Comment for the above
Again please be specific, and name these lands and why it was not visible? CITE) what are the preexisting settlement? When was it build? What are the areas it was built on? is it Palestinian land ? How does that make an agreement collapse? Does it threaten feasibility of a two-state? How so?
However, there was some potential for reconciliation based on allowing Palestine sovereignty over specific Islamic and Christian holy sites while allowing Israel to maintain control over the West Wall. The failure of this negotiation was connected to the behavior of Palestinian Authority Chairman Yasser Arafat who refused to make any final deals with Israel due to an apparent desire for a “one-state” solution that enables Arab control over the entirety of Palestine’s former territories (Hirsh, et al., 2002).
The next round of talks was the 2001 Taba talks that were held at Taba located within the Sinai Peninsula. These discussions were considered as being the closest to reaching a final settlement as compared to previous negotiations that were held in the Israel-Palestinian negotiations (Taba Summit) (The Taba Negotiations, 2002). What were these negotiations? Name, CITE
The Territorial Agreement
The territorial agreement between the two states would utilize the June 1967 lines that were drawn up as the primary basis for the borders between each state with Israel receiving three percent of the territory in the West Bank while Palestine would get the remaining 97 percent (The Taba Negotiations, 2002). The agreement also entailed the Gaza strip being entirely controlled by Palestine within the Beit Hanun district in the northern section of the Gaza strip being an area of safe passage out of the region. Aside from this, the negotiations also stipulated that the Gaza Strip, as well as the West Bank, should be linked in such a way that it ensured Palestinian sovereignty in those areas (The Taba Negotiations, 2002).
Lastly, both sides did agree to “joint ownership” over the city of Jerusalem with Israel controlling the Jewish neighborhoods and Palestine controlling the Islamic areas. Aside from this, Palestine would gain control over the Temple Mound, but Israel would retain control over the West Wall. Overall, the 2001 Taba talks reflected many of the terms that were initially agreed upon during the 2000 Camp David Summit with the land swap and 1967 lines creating a variation from the previous agreement (The Taba Negotiations, 2002).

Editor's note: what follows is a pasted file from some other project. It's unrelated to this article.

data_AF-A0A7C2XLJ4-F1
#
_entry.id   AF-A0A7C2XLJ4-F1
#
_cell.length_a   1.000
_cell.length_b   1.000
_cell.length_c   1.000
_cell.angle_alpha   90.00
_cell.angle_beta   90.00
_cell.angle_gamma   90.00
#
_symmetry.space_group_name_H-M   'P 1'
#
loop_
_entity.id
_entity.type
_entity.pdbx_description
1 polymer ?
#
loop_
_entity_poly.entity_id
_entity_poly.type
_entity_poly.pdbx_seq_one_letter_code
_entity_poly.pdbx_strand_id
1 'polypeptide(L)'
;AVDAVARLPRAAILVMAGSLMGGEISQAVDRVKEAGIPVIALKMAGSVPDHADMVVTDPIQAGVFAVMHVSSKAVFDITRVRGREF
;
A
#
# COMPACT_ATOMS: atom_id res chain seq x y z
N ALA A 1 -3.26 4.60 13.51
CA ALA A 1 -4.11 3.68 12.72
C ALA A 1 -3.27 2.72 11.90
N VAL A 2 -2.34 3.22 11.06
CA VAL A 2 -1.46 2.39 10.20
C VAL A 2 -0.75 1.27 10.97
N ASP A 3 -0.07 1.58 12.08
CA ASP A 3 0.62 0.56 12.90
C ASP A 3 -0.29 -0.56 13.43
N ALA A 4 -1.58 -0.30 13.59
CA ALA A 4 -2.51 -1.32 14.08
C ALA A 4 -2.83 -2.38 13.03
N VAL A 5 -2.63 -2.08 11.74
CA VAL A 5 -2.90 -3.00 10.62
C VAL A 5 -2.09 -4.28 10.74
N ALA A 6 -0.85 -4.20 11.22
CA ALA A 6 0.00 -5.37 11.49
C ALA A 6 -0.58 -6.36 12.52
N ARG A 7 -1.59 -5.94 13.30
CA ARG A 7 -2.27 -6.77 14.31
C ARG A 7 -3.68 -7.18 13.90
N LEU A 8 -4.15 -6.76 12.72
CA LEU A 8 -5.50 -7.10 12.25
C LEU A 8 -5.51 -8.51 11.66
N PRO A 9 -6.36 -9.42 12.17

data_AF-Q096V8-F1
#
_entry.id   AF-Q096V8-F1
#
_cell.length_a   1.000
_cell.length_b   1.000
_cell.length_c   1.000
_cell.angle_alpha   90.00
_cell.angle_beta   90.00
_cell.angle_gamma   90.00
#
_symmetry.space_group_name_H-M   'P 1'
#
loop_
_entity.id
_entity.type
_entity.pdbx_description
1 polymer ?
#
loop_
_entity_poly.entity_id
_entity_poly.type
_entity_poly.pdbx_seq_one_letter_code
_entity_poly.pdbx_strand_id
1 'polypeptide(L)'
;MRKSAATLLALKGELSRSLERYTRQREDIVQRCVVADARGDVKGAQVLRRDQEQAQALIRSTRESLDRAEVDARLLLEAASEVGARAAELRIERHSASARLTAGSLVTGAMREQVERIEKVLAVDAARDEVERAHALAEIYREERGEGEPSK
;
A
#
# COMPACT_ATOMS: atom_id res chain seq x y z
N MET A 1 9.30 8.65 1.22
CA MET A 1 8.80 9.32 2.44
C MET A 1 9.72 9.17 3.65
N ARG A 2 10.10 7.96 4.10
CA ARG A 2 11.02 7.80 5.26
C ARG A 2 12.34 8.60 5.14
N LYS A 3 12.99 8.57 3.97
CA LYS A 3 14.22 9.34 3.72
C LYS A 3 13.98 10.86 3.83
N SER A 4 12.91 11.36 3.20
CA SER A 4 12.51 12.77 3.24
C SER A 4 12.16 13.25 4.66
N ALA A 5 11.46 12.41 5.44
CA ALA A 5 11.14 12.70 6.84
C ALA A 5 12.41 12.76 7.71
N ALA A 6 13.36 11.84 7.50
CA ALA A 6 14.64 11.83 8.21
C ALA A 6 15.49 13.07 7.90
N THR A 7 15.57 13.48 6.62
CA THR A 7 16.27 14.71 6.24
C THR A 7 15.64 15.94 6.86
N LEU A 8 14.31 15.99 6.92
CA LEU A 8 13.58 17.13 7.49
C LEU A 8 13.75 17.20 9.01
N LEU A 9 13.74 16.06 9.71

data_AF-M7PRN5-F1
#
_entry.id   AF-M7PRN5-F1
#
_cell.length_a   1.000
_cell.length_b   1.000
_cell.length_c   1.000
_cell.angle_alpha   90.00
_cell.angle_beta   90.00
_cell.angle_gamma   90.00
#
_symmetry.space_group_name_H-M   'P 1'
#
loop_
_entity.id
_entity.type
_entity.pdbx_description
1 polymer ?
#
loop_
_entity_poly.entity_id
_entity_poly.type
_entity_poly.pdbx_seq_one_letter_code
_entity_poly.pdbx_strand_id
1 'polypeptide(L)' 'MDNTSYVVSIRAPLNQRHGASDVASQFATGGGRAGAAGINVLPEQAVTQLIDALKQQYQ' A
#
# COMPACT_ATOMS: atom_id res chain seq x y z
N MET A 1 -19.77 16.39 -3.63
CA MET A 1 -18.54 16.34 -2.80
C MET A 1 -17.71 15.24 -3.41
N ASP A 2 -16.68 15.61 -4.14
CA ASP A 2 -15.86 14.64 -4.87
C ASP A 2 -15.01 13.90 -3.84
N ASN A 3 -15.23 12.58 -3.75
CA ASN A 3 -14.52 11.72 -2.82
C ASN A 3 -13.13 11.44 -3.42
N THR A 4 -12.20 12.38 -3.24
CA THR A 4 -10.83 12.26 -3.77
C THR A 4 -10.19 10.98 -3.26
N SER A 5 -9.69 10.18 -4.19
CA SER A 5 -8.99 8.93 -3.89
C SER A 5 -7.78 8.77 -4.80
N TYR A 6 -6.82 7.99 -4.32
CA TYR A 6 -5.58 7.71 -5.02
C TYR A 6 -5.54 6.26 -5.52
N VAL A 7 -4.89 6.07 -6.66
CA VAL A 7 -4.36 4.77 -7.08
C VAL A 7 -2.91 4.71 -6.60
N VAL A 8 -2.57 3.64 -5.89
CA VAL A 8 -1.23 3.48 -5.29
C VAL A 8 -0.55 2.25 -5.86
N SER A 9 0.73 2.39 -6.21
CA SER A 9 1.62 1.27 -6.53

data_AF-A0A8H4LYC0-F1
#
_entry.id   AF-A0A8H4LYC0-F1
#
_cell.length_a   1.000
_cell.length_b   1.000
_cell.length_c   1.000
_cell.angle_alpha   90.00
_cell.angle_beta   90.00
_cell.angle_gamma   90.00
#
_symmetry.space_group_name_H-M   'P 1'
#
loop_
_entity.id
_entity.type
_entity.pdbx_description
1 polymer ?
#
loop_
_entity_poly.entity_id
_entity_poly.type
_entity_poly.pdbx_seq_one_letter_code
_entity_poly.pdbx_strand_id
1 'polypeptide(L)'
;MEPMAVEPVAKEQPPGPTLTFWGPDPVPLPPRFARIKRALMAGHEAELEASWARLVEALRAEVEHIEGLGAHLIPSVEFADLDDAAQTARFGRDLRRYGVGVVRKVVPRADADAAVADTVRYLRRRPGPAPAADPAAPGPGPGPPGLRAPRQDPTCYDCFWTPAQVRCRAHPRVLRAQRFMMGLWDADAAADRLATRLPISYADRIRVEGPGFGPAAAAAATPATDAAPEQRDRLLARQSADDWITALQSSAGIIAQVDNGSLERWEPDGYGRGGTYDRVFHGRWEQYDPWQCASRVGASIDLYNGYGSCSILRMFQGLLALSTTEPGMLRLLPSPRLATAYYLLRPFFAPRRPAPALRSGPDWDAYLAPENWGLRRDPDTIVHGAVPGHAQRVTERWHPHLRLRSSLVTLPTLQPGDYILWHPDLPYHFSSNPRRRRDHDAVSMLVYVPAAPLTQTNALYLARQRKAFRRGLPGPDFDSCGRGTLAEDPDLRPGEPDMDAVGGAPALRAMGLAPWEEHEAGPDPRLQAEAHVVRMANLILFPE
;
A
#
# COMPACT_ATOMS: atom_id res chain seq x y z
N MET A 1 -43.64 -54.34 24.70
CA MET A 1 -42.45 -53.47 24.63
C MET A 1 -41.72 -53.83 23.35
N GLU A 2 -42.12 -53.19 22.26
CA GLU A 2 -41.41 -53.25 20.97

The main reason why the talks failed was due to the change in leadership in the United States (from Clinton to Bush) as well as the re-election campaign that Ehud Barak was taking part in. The Clinton Administration made it a policy to resolve the conflict between Israel and Palestine, but the Bush Administration focused on a different policy. Consequently, Barak would lose the election, leaving the fate of the negotiations in the hands of Sharon who was open to expanding Israeli settlements (Hirsh, et al., 2002). (Good point but please explain how so elaborate and CITE) Unfortunately, Barak lost and his successor, Ariel Sharon discontinued the talks after the change in government. The main issue with the Bush and Sharon eras was that there was insufficient political will to help bring about a peace deal involving Israel and Palestine (Hirsh, et al., 2002).CITE According to Hirsh, Bush was, at the time, primarily concerned with the “war on terror” which prevented any sufficient focus from being leveraged towards the Israel-Palestine conflict (Hirsh, et al., 2002). Who said this? please CITE Aside from this, Sharon’s administration viewed the negotiations as being useless due to the lack of desire on the part of the Palestinian government to compromise on various issues. It was due to this that one of the best chances for peace between the two countries was lost (The Taba Negotiations, 2002). CITE,
Hirsh, M., Ephron, D., Klaidman, D., Brant, M., Lipper, T., & Gutman, R. (2002). Blowing the Best Chance. Newsweek, 139(13), 42.
The Taba Negotiations (JANUARY 2001). (2002). Journal of Palestine Studies, 31(3), 79.